Similarly, the efficiency of mechanical-to-electrical conversion (as realized in electric signal generation) is enhanced by the cooperative interaction of the three-layer piezoelectric crystal assembly that generates a shorter and more clearly defined electrical pulse caused by a returning acoustic echo, either ultrasound or audible depending on the composition and configuration of the piezoelectric crystal 22.

Axial resolution for a piezoelectric transducer is generally expressed in decibel levels of which −6, −20, and −40 dB levels are used for two-layer vs. three-layer analysis. FIG. 3 shows a plot of the matching thickness for the back layer 150 of the transducer assembly 100 of FIG. 2 as a function of acoustic wavelength and axial resolution at −6, −20, and −40 decibels obtained from the simulated values as discussed in the “Theory of Operation” below. Results show that the middle value at approximately 0.244λ represents a suitable matching layer thickness for axial resolution at −6, −20, and −40 decibels that is very close to the ¼λ value.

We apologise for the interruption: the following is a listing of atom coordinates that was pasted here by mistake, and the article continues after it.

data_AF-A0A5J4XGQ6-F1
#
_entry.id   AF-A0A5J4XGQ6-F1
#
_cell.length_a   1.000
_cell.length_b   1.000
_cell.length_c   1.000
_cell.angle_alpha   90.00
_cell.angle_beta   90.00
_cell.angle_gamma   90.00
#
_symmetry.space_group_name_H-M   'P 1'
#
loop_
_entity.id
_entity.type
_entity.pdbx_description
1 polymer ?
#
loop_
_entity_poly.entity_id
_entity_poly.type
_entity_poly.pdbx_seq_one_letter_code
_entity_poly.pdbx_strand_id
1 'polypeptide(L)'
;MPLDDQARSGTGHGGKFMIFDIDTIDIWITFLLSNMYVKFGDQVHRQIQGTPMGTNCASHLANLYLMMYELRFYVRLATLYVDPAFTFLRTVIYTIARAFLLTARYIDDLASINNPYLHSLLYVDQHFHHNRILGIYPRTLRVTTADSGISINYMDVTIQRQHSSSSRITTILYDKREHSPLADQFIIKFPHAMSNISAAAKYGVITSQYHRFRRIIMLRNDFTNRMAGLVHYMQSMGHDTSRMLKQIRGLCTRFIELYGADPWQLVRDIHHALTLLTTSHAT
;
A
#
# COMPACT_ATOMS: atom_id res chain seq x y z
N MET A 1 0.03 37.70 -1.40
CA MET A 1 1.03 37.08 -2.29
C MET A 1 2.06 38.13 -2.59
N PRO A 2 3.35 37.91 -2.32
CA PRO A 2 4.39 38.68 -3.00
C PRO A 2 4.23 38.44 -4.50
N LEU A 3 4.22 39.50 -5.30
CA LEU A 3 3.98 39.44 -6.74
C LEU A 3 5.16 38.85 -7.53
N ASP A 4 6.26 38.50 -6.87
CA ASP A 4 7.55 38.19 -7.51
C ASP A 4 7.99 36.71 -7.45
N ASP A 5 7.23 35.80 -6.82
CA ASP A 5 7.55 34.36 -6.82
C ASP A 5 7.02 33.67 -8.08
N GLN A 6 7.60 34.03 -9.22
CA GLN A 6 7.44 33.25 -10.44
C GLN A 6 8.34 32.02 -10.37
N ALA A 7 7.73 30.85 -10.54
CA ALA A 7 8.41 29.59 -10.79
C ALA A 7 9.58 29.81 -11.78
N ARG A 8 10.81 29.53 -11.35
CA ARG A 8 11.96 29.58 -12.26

Theory of Operation

Wave reflection and transmission in three-layered media are presented, including the relationship between reflection/transmission coefficients and the thickness of middle (matching) piezoelectric crystal layer.

Reflection Coefficient on Multiple-Layer media

The reflection coefficient, R, from a three-layer medium is given by: R = Z 2 ( Z 3 - Z 1 ) cos ( k 2 L ) + j ( Z 2 2 - Z 1 Z 3 ) sin ( k 2 L ) Z 2 ( Z 3 - Z 1 ) cos ( k 2 L ) + j ( Z 2 2 - Z 1 Z 3 ) sin ( k 2 L )